Gun Control: Signs of Desperation
Michael Morris, assistant managing editor of the online version of the Brazosport Facts, is not happy with the Harrold school district's decision to allow trained staff carry concealed handguns on campus. Morris's editorial quickly leaps into hyperbole:
The argument is that if teachers were armed at the time these shootings started, the carnage could have been reduced or eliminated entirely. Or, some say, the idea of handguns on campus would serve as a deterrent to a would-be gunman even thinking about assaulting a school or its students.
These are fine theories put forth by those who believe every American, everywhere, at any time should be able to whip out an assault weapon, no questions asked.1
In his book The Bias Against Guns, John Lott examined the relationship between gun availability and multiple murders. He concluded:
If right-to-carry [liberal concealed carry] laws allow citizens to limit the amount of attacks that still take place, the number of persons harmed should fall relative to the number of shootings... And indeed, that is what we find. The average number of people dying or becoming injured per attack declines by around 50 percent.2
Lott also found that both the total number and rate of multiple murders in right-to-carry states are one-third that of restrictive states.3 It is no accident that nearly all mass murders occur where schools and businesses bar law-abiding gun owners from carrying.
Morris suggested hiring a school resource officer--a police officer in the school4--yet stated that police only hit their intended target 20% of the time. Though he implies that police are better-trained shooters than civilians, he cites no data showing that concealed carry licensees are more dangerous.
Morris said "the number of accidental gun deaths involving children 14 and younger has gone down precipitously in recent years" yet he believes guns don't belong in schools.5 This apparent contradiction bears examination.
The Centers for Disease Control (CDC) reports that between 1995 and 2005 the accidental firearm death rate for children decreased 60.3%, outpacing the non-firearm drop of 23.1%. These decreases are consistent across categories. Children's firearms homicide rate dropped 52.2% while the non-firearms rate decreased only 11.9%. Children's firearms suicide rate decreased 56.2%, but the non-firearms suicide rate increased 17.9%. Texas's child mortality rate trends for these categories compare favorably: overall firearms mortality, -57.6% (better than U.S. trend); firearms homicide, -51.9% (slightly worse by only 0.3%), firearms suicide, -72.7% (much better), and accidental firearms death, -61.0% (slightly better).6 These data show that America's children have become far safer in relationship to firearms, despite the 4.9 million firearms sold annually during this time period.7 More guns correlates with lower rates of firearms mortality for children.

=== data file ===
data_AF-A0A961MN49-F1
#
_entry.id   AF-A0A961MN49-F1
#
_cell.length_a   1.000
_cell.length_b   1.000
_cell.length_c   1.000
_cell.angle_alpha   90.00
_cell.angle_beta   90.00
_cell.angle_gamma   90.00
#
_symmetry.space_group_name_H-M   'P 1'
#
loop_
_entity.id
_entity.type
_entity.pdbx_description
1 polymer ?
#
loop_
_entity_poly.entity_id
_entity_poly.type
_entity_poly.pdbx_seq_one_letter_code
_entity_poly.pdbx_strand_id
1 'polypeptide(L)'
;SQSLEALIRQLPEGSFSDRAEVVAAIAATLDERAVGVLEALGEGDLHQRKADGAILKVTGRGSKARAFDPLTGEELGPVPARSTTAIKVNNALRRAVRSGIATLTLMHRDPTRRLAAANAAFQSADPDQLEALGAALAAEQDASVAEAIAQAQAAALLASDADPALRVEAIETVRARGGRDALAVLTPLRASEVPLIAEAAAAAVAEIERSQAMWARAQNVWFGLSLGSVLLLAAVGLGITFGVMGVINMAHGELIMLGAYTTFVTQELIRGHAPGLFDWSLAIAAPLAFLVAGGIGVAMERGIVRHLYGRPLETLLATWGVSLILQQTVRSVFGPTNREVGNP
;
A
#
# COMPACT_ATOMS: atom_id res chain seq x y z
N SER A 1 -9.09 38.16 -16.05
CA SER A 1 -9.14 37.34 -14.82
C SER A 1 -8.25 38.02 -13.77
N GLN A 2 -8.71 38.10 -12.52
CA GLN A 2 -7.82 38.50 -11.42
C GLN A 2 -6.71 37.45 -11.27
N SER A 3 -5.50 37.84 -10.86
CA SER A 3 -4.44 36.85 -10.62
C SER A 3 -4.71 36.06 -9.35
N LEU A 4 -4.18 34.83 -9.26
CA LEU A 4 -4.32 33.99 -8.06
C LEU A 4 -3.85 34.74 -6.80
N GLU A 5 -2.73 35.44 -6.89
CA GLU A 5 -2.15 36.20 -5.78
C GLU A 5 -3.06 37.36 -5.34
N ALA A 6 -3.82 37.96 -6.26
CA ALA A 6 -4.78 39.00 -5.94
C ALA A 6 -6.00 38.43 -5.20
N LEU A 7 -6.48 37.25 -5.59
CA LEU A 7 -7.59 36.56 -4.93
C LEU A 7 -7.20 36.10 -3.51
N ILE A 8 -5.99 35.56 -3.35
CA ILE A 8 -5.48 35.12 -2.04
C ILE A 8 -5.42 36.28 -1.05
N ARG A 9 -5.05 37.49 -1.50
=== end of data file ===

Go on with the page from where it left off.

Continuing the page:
Morris states: "Simply put, the answer to gun violence in schools - or society in general - will not be found in the barrel of a gun." 8 In 2006, states like Texas that license law-abiding citizens to carry concealed handguns had a 27.3% lower violent crime rate, and a 33.3% lower murder rate, than states without liberal concealed carry laws.9
In 2001, the North Carolina State Center for Health Statistics asked 201,881 people across the country if they kept firearms at home. Collating this survey data with CDC mortality data and FBI crime data shows that states with the lowest levels of firearms ownership had the highest rates of overall homicide, firearms homicide and non-firearms homicide. States with the highest firearms ownership rates had the lowest rates in all three homicide categories, as well as the lowest violent crime rates. More guns correlates with less murder and violent crime.10
They've distilled what could be a legitimate security discussion into the simplistic ideal that the right to bear arms means everyone should be walking around loaded for bear.11
This anti-self-defense stance espouses the simplistic ideal that restricting the right to bear arms makes everyone safer, but the facts show otherwise.
About the Author
Howard Nemerov is a columnist for Texas State Rifle Association's TSRA Sportsman and "unofficial" investigative analyst for NRA News. His new book, Four Hundred Years of Gun Control: Why Isn't It Working?, deconstructs the gun control agenda. He can be reached at HNemerov [at sign] Netvista.net.
 Michael Morris, Guns on campus not best means of security, Brazosport Facts, August 27, 2008. http://stories.thefacts.com/story.lasso?ewcd=5b99628a10f8947b
2 John R. Lott, Jr., The Bias Against Guns, page 123.
3 Ibid, page 107.
4 SRO Concept, Texas Association of School Resource Officers. http://www.tasro.org/html/sro.html
5 Michael Morris, Guns on campus not best means of security, Brazosport Facts.
6 Find relevant data at: WISQARS Injury Mortality Reports, 1999 - 2005, Centers for Disease Control. http://webappa.cdc.gov/sasweb/ncipc/mortrate10_sy.html or email request for spreadsheet.
7 Small Arms Production in the United States, National Shooting Sports Foundation, 2008. Compiled into Excel spreadsheet; email request for copy.
8 Michael Morris, Guns on campus not best means of security, Brazosport Facts.
9 Uniform Crime Reporting data compiled into spreadsheet; email request for copy.
10 For more in-depth examination of this data, see Howard Nemerov, Is Philadelphia's Violence Due to Firearms Availability, News With Views, May 28, 2008. http://www.newswithviews.com/Nemerov/howard1.htm
11 Michael Morris, Guns on campus not best means of security, Brazosport Facts.